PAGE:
Harvard Business Review
This case focuses on Martha McCaskey. McCaskey is a relatively recent Harvard B-School grad on the fast track at Seleris Associates. She is a consultant who specializes in competitive analysis for corporations.
McCaskey has been assigned as lead on project Silicon 6. She has a strong track record for delivering quality on her projects, which is why she was chosen as lead for this project. The focus of the project is to reverse engineer cost structure and manufacturing processes for the competitor of a key client of Seleris. This unnamed client is responsible for 20% of the revenue for this division. Therefore, the head of the division is invested in making this customer happy. The top managers promised McCaskey a promotion if she could successfully complete the project to the satisfaction of the client.
McCaskey is extremely resourceful, but in the case of Silicon 6, she was having trouble gaining access to the required information. That is, until she tripped across an ex-employee of the competitor company who was eager to share proprietary information. McCaskey found this unethical.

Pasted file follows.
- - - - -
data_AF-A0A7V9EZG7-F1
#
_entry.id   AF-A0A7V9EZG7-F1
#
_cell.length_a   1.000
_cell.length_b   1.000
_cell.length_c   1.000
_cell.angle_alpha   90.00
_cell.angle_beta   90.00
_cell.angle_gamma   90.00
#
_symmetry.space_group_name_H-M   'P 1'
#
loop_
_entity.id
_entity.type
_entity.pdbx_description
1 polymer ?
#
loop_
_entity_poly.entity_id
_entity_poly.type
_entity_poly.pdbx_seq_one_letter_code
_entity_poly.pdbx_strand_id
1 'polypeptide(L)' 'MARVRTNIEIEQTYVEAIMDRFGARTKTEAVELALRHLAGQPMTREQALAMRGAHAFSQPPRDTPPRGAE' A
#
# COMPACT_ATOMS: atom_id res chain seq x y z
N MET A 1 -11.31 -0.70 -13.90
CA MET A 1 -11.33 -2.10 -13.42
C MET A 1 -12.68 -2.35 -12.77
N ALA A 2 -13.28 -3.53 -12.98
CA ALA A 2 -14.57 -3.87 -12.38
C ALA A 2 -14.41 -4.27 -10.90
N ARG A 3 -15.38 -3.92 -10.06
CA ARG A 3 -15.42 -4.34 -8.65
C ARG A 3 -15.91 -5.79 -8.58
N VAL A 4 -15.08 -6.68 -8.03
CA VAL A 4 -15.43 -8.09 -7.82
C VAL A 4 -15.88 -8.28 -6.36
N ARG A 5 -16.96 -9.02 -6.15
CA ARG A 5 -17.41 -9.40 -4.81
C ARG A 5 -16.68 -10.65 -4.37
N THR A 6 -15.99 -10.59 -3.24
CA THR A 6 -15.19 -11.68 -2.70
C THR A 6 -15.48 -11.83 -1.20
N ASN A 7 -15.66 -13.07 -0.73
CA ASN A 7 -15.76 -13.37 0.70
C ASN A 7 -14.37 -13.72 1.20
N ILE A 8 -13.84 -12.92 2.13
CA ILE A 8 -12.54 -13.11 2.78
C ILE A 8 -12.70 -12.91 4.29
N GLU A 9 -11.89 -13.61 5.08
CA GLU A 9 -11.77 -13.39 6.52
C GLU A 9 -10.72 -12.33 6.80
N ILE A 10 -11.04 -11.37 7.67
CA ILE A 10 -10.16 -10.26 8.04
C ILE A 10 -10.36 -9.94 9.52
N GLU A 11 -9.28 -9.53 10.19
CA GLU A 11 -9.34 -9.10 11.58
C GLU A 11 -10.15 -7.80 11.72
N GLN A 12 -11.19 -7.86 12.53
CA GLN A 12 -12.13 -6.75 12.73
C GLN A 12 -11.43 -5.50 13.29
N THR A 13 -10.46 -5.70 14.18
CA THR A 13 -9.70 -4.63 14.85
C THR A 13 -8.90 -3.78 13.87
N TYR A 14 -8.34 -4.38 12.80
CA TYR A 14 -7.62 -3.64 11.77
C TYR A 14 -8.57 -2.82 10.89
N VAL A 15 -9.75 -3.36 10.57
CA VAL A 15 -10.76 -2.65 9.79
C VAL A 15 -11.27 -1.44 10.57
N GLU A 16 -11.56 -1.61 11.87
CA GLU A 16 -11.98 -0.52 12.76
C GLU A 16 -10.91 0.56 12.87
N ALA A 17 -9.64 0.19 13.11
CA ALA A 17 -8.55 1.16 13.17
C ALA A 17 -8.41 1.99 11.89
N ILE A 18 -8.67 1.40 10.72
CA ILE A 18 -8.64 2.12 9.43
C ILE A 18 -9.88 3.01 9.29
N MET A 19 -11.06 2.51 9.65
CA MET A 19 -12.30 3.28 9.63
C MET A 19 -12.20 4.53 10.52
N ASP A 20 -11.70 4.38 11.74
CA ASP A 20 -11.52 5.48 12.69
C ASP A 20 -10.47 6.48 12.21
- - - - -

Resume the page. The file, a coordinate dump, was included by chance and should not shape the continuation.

McCaskey brought the situation to the attention of her management. The managers, eager to please the clients, have encouraged McCaskey to “pay off” the ex-employee in exchange for the necessary information. Management has challenged her to come up with an action plan for the project and to meet with the head of the division to review the plan.
Analysis and Opinion:
McCaskey is faced with an ethical dilemma. In this case, she must decide whether to accept proprietary information, which will result in a satisfied client and a promotion or follow her moral compass and attain the information using ethically acceptable industry standards.
This is a clear case of an organization with a questionable ethical climate. An organization with high ethical standards encourages and shapes the behavior of its...